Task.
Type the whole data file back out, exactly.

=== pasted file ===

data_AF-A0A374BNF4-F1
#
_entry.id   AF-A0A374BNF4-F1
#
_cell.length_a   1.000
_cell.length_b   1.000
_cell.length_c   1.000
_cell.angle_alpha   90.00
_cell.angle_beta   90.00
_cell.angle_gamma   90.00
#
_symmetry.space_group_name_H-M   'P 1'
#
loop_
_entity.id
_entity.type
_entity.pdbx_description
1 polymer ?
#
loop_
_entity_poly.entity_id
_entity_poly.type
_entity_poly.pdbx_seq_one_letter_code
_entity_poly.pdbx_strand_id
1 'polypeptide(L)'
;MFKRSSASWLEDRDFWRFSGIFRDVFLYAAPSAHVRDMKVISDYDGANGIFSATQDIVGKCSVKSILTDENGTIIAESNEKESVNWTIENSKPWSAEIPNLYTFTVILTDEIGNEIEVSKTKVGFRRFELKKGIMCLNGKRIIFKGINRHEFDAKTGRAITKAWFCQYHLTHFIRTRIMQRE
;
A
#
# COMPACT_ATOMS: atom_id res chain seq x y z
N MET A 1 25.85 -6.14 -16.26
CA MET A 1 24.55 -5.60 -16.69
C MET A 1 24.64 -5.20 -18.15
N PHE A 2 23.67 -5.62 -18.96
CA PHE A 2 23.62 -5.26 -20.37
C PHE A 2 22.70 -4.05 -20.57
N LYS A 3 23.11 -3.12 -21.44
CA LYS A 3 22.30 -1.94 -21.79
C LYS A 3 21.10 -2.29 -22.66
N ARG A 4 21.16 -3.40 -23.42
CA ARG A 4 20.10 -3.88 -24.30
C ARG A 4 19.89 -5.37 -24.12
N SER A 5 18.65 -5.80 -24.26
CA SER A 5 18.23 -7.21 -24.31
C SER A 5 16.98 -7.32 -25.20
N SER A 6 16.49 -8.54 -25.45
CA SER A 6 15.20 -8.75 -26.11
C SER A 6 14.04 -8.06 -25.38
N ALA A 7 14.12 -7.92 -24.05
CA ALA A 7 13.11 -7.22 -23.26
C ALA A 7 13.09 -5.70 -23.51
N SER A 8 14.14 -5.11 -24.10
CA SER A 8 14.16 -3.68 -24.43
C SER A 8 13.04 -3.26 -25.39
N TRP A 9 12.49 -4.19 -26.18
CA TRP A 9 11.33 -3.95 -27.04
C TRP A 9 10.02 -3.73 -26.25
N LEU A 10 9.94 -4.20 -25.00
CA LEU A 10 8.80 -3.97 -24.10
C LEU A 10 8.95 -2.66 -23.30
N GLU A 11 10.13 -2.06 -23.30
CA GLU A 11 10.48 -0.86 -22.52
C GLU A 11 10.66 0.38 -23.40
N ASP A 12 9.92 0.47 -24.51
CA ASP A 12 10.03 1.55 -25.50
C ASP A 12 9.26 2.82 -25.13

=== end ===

data_AF-A0A374BNF4-F1
#
_entry.id   AF-A0A374BNF4-F1
#
_cell.length_a   1.000
_cell.length_b   1.000
_cell.length_c   1.000
_cell.angle_alpha   90.00
_cell.angle_beta   90.00
_cell.angle_gamma   90.00
#
_symmetry.space_group_name_H-M   'P 1'
#
loop_
_entity.id
_entity.type
_entity.pdbx_description
1 polymer ?
#
loop_
_entity_poly.entity_id
_entity_poly.type
_entity_poly.pdbx_seq_one_letter_code
_entity_poly.pdbx_strand_id
1 'polypeptide(L)'
;MFKRSSASWLEDRDFWRFSGIFRDVFLYAAPSAHVRDMKVISDYDGANGIFSATQDIVGKCSVKSILTDENGTIIAESNEKESVNWTIENSKPWSAEIPNLYTFTVILTDEIGNEIEVSKTKVGFRRFELKKGIMCLNGKRIIFKGINRHEFDAKTGRAITKAWFCQYHLTHFIRTRIMQRE
;
A
#
# COMPACT_ATOMS: atom_id res chain seq x y z
N MET A 1 25.85 -6.14 -16.26
CA MET A 1 24.55 -5.60 -16.69
C MET A 1 24.64 -5.20 -18.15
N PHE A 2 23.67 -5.62 -18.96
CA PHE A 2 23.62 -5.26 -20.37
C PHE A 2 22.70 -4.05 -20.57
N LYS A 3 23.11 -3.12 -21.44
CA LYS A 3 22.30 -1.94 -21.79
C LYS A 3 21.10 -2.29 -22.66
N ARG A 4 21.16 -3.40 -23.42
CA ARG A 4 20.10 -3.88 -24.30
C ARG A 4 19.89 -5.37 -24.12
N SER A 5 18.65 -5.80 -24.26
CA SER A 5 18.23 -7.21 -24.31
C SER A 5 16.98 -7.32 -25.20
N SER A 6 16.49 -8.54 -25.45
CA SER A 6 15.20 -8.75 -26.11
C SER A 6 14.04 -8.06 -25.38
N ALA A 7 14.12 -7.92 -24.05
CA ALA A 7 13.11 -7.22 -23.26
C ALA A 7 13.09 -5.70 -23.51
N SER A 8 14.14 -5.11 -24.10
CA SER A 8 14.16 -3.68 -24.43
C SER A 8 13.04 -3.26 -25.39
N TRP A 9 12.49 -4.19 -26.18
CA TRP A 9 11.33 -3.95 -27.04
C TRP A 9 10.02 -3.73 -26.25
N LEU A 10 9.94 -4.20 -25.00
CA LEU A 10 8.80 -3.97 -24.10
C LEU A 10 8.95 -2.66 -23.30
N GLU A 11 10.13 -2.06 -23.30
CA GLU A 11 10.48 -0.86 -22.52
C GLU A 11 10.66 0.38 -23.40
N ASP A 12 9.92 0.47 -24.51
CA ASP A 12 10.03 1.55 -25.50
C ASP A 12 9.26 2.82 -25.13